Jaguar I-Pace launched in 2018 and was subtly updated earlier this year
I-Pace was due to remain on sale alongside Jaguar’s new EVs but the brand wants a completely fresh start
The Jaguar I-Pace will not be part of the firm’s all-electric line-up, even as a bridging model, and will be taken off sale before the firm’s relaunch in 2025 – along with the rest of the current model range.
The move, officially confirmed to Autocar by JLR CEO Adrian Mardell, reverses his predecessor Thierry Bolloré’s suggestion that the I-Pace would be made “better and better”, and for it to remain on sale – perhaps even with a second generation – alongside Jaguar’s all-new electric cars.
However, the precise end dates for the I-Pace and other Jaguar models have yet to be fully determined while the firm waits to see when it can more precisely commit to a launch date for the new range of models. For now, Jaguar has said it will reveal its first new-era car in late 2024 and launch it in 2025, built on the firm’s bespoke JEA electric architecture.
Mardell said: “We don’t want the product to be out of the market for too long, particularly the electrified one [I-Pace]. Now we’re waiting for the confidence in JEA. Right now, people are telling me it’s going to be in the first half of 2025. That’s just under two years away. I’d be more confident in that response when we’re nine to 12 months away.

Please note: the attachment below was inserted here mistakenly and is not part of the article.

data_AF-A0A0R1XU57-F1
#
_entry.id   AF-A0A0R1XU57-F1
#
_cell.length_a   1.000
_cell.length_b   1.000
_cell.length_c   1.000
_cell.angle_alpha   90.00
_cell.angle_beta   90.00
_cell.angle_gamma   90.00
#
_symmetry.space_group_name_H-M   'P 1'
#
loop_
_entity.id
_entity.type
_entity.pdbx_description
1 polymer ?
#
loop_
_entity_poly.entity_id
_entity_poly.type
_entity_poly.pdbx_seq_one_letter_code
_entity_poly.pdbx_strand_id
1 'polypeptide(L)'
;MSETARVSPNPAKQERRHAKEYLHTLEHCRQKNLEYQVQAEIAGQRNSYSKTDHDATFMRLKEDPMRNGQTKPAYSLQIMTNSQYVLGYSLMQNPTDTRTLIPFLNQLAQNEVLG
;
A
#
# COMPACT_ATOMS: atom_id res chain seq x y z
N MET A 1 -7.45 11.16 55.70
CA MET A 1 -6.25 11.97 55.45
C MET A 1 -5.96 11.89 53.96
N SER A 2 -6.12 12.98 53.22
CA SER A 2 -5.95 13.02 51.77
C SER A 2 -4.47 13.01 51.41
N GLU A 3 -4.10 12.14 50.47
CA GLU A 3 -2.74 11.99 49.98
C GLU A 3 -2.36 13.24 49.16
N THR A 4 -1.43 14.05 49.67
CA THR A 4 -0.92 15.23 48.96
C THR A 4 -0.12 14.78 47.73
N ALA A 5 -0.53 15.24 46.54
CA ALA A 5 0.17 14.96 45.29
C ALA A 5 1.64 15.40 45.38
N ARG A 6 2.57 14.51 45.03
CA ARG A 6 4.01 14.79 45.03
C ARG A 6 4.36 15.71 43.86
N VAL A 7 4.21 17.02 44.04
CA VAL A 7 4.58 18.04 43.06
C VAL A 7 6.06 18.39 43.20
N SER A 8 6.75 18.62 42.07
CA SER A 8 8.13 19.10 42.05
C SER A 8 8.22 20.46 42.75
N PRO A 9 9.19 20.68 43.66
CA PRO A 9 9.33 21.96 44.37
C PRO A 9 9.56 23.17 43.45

“So we’ve got time – we’ve got nine to 12 months – to work through these decisions.”
Mardell said the I-Pace is now mainly sold in the UK and mainland Europe to help ensure the company is compliant with emissions targets.
He added that the car has been a big help in steering development of the firm’s other EVs and that JLR “understands how to develop them” off the back of the I-Pace programme.
Looking ahead to the future Jaguar line-up, Mardell revealed the volume aspiration for the reborn range will be 4000 cars per month, compared with just over 5000 sales per month in the first quarter of the current financial year.
Historically, Jaguar volumes have been much higher, but JLR has recently prioritised production of more profitable models – including the Range Rover, Range Rover Sport and Land Rover Defender – due to the chips shortage.
In the same timeframe, just over 5600 Range Rovers and just under 4700 Range Rover Sports were sold each month, which means the new Jaguars collectively will sit below the duo, if present volumes are maintained.
Although JLR’s largest models are all built on a modular MLA architecture, which will spawn its first electric car with the launch of a Range Rover EV in 2024, Mardell said Jaguar needs its own bespoke architecture – JEA – to allow for “exuberant” proportions.
Chiefly, this means a longer wheelbase. “The wheelbase on these vehicles and this architecture will be longer. Then you can get the beautiful flows that you need from the vehicle.”
As for more precise clues to their conception, less than two years out from the scheduled launch, Mardell went only so far as to say that “the design language on them is just gorgeous”.